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Top 10 Geek Heroes of 2012

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Thu, Dec 27, 2012 at 8:00 AM

click to enlarge LIZ OHANESIAN
  • Liz Ohanesian
In 2012, Stan Lee got his own comic book convention, Akira creator Katsuhiro Otomo came to town, web sensations like the comic Homestuck and series Dick Figures had wild success on Kickstarter and Lloyd Kaufman put a whole ton of Troma films on YouTube.

Sure, there's plenty more that happened in 2012. This is just the stuff covered in this little ol' weekly column, Cult Stars. Keep reading to find out who made the Top 10 Cult Stars of 2012.

10. The team behind Frankenweenie

This year, Tim Burton brought his cult hit Frankenweenie, originally a live action short, back to live as a beautiful, stop motion animated feature. The film delved into uncharted territory, a stop motion flick that was also done in black-and-white and in 3D. Nobody had made something quite like that before Frankenweenie. In order to get this done, they would need top-notch talent completely dedicated to making the movie happen.

Undoubtedly, everyone from producers Allison Abbate and Don Hahn to screenwriter John August to the animation department and the puppet shop, were committed to Frankenweenie. It's a beautiful movie -- quite frankly, my favorite Burton film in years -- and it shows how creative teams can push the conventions of stop motion, black-and-white and 3D.

See also: *Frankenweenie: The Ultimate Tim Burton Passion Project?

9. Key & Peele

Keegan-Michael Key and Jordan Peele have a long history together. They actually met back in 2002, before they both landed gigs with MADtv. These days, though, the duo are Comedy Central stars with their sketch show Key & Peele.

Key & Peele made waves before it landed on cable TV, thanks to the viral hit "Obama Loses His SH*T." But, they've only gotten better since the series debuted late last January. Don't believe me? Just google "Key & Peele dubstep." You will not be disappointed.

See also: *Key & Peele on Comedy Central: Keegan-Michael Key and Jordan Peele's New Sketch Series

click to enlarge Pretty much the coolest Stan Lee costume you'll ever see. - LIZ OHANESIAN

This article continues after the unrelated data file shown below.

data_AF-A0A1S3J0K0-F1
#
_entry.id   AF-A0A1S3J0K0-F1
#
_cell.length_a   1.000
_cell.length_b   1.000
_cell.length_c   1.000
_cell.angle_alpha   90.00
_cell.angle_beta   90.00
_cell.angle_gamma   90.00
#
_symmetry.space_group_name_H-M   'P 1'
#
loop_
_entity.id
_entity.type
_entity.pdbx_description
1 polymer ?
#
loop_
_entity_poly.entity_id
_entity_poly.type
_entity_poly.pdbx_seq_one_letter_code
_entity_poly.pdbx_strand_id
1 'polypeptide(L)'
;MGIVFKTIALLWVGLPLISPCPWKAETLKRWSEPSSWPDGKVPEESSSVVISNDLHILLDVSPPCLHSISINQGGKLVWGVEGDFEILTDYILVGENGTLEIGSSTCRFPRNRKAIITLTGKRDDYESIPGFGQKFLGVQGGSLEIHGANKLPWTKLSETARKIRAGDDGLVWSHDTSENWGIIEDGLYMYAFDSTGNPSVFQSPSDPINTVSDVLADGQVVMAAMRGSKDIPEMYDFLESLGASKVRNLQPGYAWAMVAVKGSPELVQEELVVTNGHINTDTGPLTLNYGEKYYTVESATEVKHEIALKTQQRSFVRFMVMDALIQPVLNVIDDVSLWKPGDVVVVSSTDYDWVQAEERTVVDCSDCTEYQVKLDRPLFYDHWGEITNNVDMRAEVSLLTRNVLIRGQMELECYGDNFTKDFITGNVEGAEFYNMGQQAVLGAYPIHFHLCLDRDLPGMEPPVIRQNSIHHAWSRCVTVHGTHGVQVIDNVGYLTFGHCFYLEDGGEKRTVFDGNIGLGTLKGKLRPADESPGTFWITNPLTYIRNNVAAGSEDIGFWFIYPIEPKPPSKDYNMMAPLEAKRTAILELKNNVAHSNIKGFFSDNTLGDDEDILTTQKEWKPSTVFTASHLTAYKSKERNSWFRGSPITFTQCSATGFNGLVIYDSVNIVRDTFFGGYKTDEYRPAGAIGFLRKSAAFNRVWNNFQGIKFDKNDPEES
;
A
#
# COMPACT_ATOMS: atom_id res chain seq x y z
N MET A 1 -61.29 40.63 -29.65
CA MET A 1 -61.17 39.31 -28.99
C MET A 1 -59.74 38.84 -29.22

• Liz Ohanesian
  • Pretty much the coolest Stan Lee costume you'll ever see.
8. Stan Lee

Few people in any industry are as accomplished as Stan Lee, but the comic book legend's resume is still growing. This year, he added his name to Comikaze Expo, the L.A.-based pop culture convention that made a stellar debut back in 2011.

With Lee adding a marquee name to the convention, Comikaze grew with more exhibitors and more people. Lines were long at first, but once those subsided, the excitement inside the Los Angeles Convention Center was intense. Fans of the Generalissimo were the most obvious ones in the bunch. Someone even showed up wearing a wonderfully detailed Stan Lee mask, but it wasn't all about the superhero mastermind. Lee was the catalyst for making things happen on a grand scale, and that creates boundless opportunities for the fans, artists and writers who head out to these events regularly.

See also:

*Stan Lee Has His Own Convention Now: Stan Lee's Comikaze

*Stan Lee's Comikaze Expo 2012: Is It L.A.'s Comic-Con? Not Yet, But...

7. Homestuck fans

They've been gathering in greater numbers with every convention over the past couple of years. They come dressed as trolls and quirky kids. They are the fans of Homestuck, Andrew Hussie's incredibly popular webcomic, an adventure tale steeped in Internet and video game culture. Their costumes have baffled many a convention-goer -- I'm sure I'm not the only one who has asked, "What's the deal with the trolls?" -- but their presence has done more to raise awareness for this webcomic than any big publishing house marketing team could do. Certainly, Homestuck fans were the reason I was sucked into the webcomic.

In 2012, though, Homestuck fans did more than just lure in new readers. They're making an actual Homestuck game possible. Hussie announced his intentions to start development of a Homestuck game after the comic ends sometime next year and took the ambitious project to Kickstarter with a lofty goal of $700,00. By the end of the fundraising period, fans had pledged $2,485,506. With over 24,000 backers contributing the campaign, there's no doubt that Homestuck has a lot of incredibly dedicated fans willing to financially support a project they first found online for free.

See also: *Homestuck Has Me Hooked

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